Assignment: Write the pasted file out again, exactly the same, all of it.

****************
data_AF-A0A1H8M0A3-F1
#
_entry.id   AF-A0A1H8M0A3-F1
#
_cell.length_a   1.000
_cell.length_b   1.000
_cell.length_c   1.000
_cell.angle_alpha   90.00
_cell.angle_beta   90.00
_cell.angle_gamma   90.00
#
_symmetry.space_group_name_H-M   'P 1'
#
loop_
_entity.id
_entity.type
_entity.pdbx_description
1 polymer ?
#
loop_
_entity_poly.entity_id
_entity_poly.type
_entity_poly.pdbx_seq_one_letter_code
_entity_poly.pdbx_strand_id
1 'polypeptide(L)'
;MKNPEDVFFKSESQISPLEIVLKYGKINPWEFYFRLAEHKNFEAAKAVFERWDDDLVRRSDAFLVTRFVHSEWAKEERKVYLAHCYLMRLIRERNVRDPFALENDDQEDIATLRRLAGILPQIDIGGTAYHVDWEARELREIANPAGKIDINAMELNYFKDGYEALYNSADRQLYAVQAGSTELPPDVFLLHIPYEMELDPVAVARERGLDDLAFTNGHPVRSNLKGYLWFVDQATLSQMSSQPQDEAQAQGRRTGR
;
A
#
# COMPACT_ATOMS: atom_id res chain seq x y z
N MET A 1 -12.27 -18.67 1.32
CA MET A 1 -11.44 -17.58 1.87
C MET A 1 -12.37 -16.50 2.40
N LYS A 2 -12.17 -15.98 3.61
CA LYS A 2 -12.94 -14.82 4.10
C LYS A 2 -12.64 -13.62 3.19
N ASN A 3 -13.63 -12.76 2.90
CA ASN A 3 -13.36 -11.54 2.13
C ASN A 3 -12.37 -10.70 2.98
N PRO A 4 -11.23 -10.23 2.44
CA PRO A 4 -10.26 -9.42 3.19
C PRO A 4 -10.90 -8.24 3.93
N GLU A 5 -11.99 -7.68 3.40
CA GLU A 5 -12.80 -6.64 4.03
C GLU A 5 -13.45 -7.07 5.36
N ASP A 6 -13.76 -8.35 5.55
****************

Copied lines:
data_AF-A0A1H8M0A3-F1
#
_entry.id   AF-A0A1H8M0A3-F1
#
_cell.length_a   1.000
_cell.length_b   1.000
_cell.length_c   1.000
_cell.angle_alpha   90.00
_cell.angle_beta   90.00
_cell.angle_gamma   90.00
#
_symmetry.space_group_name_H-M   'P 1'
#
loop_
_entity.id
_entity.type
_entity.pdbx_description
1 polymer ?
#
loop_
_entity_poly.entity_id
_entity_poly.type
_entity_poly.pdbx_seq_one_letter_code
_entity_poly.pdbx_strand_id
1 'polypeptide(L)'
;MKNPEDVFFKSESQISPLEIVLKYGKINPWEFYFRLAEHKNFEAAKAVFERWDDDLVRRSDAFLVTRFVHSEWAKEERKVYLAHCYLMRLIRERNVRDPFALENDDQEDIATLRRLAGILPQIDIGGTAYHVDWEARELREIANPAGKIDINAMELNYFKDGYEALYNSADRQLYAVQAGSTELPPDVFLLHIPYEMELDPVAVARERGLDDLAFTNGHPVRSNLKGYLWFVDQATLSQMSSQPQDEAQAQGRRTGR
;
A
#
# COMPACT_ATOMS: atom_id res chain seq x y z
N MET A 1 -12.27 -18.67 1.32
CA MET A 1 -11.44 -17.58 1.87
C MET A 1 -12.37 -16.50 2.40
N LYS A 2 -12.17 -15.98 3.61
CA LYS A 2 -12.94 -14.82 4.10
C LYS A 2 -12.64 -13.62 3.19
N ASN A 3 -13.63 -12.76 2.90
CA ASN A 3 -13.36 -11.54 2.13
C ASN A 3 -12.37 -10.70 2.98
N PRO A 4 -11.23 -10.23 2.44
CA PRO A 4 -10.26 -9.42 3.19
C PRO A 4 -10.90 -8.24 3.93
N GLU A 5 -11.99 -7.68 3.40
CA GLU A 5 -12.80 -6.64 4.03
C GLU A 5 -13.45 -7.07 5.36
N ASP A 6 -13.76 -8.35 5.55